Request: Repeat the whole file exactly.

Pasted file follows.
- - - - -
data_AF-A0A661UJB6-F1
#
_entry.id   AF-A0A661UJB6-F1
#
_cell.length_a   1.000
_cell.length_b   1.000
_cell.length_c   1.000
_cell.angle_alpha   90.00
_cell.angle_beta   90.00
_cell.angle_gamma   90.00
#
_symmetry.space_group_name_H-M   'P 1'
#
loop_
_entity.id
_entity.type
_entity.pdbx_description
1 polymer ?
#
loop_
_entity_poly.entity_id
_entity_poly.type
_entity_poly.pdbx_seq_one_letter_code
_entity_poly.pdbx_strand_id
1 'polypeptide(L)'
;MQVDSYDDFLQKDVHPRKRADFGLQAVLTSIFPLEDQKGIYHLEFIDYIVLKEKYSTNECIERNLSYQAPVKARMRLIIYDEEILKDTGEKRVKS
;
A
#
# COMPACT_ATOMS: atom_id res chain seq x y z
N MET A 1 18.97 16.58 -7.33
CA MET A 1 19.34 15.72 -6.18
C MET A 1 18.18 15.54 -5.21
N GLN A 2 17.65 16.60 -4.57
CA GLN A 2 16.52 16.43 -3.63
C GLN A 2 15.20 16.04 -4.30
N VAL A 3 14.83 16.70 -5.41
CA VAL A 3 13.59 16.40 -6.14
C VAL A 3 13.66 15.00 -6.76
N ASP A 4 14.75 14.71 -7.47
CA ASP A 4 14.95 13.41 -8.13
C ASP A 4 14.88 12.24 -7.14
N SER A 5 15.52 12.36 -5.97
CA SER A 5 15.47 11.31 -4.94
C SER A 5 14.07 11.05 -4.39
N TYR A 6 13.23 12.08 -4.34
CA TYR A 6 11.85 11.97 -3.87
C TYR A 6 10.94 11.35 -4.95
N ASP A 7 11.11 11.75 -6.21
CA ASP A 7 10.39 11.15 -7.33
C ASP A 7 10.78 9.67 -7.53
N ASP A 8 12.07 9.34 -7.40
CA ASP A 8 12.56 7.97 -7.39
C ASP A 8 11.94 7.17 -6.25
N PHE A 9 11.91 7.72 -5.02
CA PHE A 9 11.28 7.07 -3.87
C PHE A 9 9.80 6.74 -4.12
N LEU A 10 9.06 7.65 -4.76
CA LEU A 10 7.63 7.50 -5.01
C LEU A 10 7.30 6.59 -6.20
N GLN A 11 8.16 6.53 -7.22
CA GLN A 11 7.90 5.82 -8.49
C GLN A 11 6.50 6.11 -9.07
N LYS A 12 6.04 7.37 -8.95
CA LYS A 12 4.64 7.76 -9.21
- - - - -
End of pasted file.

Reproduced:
data_AF-A0A661UJB6-F1
#
_entry.id   AF-A0A661UJB6-F1
#
_cell.length_a   1.000
_cell.length_b   1.000
_cell.length_c   1.000
_cell.angle_alpha   90.00
_cell.angle_beta   90.00
_cell.angle_gamma   90.00
#
_symmetry.space_group_name_H-M   'P 1'
#
loop_
_entity.id
_entity.type
_entity.pdbx_description
1 polymer ?
#
loop_
_entity_poly.entity_id
_entity_poly.type
_entity_poly.pdbx_seq_one_letter_code
_entity_poly.pdbx_strand_id
1 'polypeptide(L)'
;MQVDSYDDFLQKDVHPRKRADFGLQAVLTSIFPLEDQKGIYHLEFIDYIVLKEKYSTNECIERNLSYQAPVKARMRLIIYDEEILKDTGEKRVKS
;
A
#
# COMPACT_ATOMS: atom_id res chain seq x y z
N MET A 1 18.97 16.58 -7.33
CA MET A 1 19.34 15.72 -6.18
C MET A 1 18.18 15.54 -5.21
N GLN A 2 17.65 16.60 -4.57
CA GLN A 2 16.52 16.43 -3.63
C GLN A 2 15.20 16.04 -4.30
N VAL A 3 14.83 16.70 -5.41
CA VAL A 3 13.59 16.40 -6.14
C VAL A 3 13.66 15.00 -6.76
N ASP A 4 14.75 14.71 -7.47
CA ASP A 4 14.95 13.41 -8.13
C ASP A 4 14.88 12.24 -7.14
N SER A 5 15.52 12.36 -5.97
CA SER A 5 15.47 11.31 -4.94
C SER A 5 14.07 11.05 -4.39
N TYR A 6 13.23 12.08 -4.34
CA TYR A 6 11.85 11.97 -3.87
C TYR A 6 10.94 11.35 -4.95
N ASP A 7 11.11 11.75 -6.21
CA ASP A 7 10.39 11.15 -7.33
C ASP A 7 10.78 9.67 -7.53
N ASP A 8 12.07 9.34 -7.40
CA ASP A 8 12.56 7.97 -7.39
C ASP A 8 11.94 7.17 -6.25
N PHE A 9 11.91 7.72 -5.02
CA PHE A 9 11.28 7.07 -3.87
C PHE A 9 9.80 6.74 -4.12
N LEU A 10 9.06 7.65 -4.76
CA LEU A 10 7.63 7.50 -5.01
C LEU A 10 7.30 6.59 -6.20
N GLN A 11 8.16 6.53 -7.22
CA GLN A 11 7.90 5.82 -8.49
C GLN A 11 6.50 6.11 -9.07
N LYS A 12 6.04 7.37 -8.95
CA LYS A 12 4.64 7.76 -9.21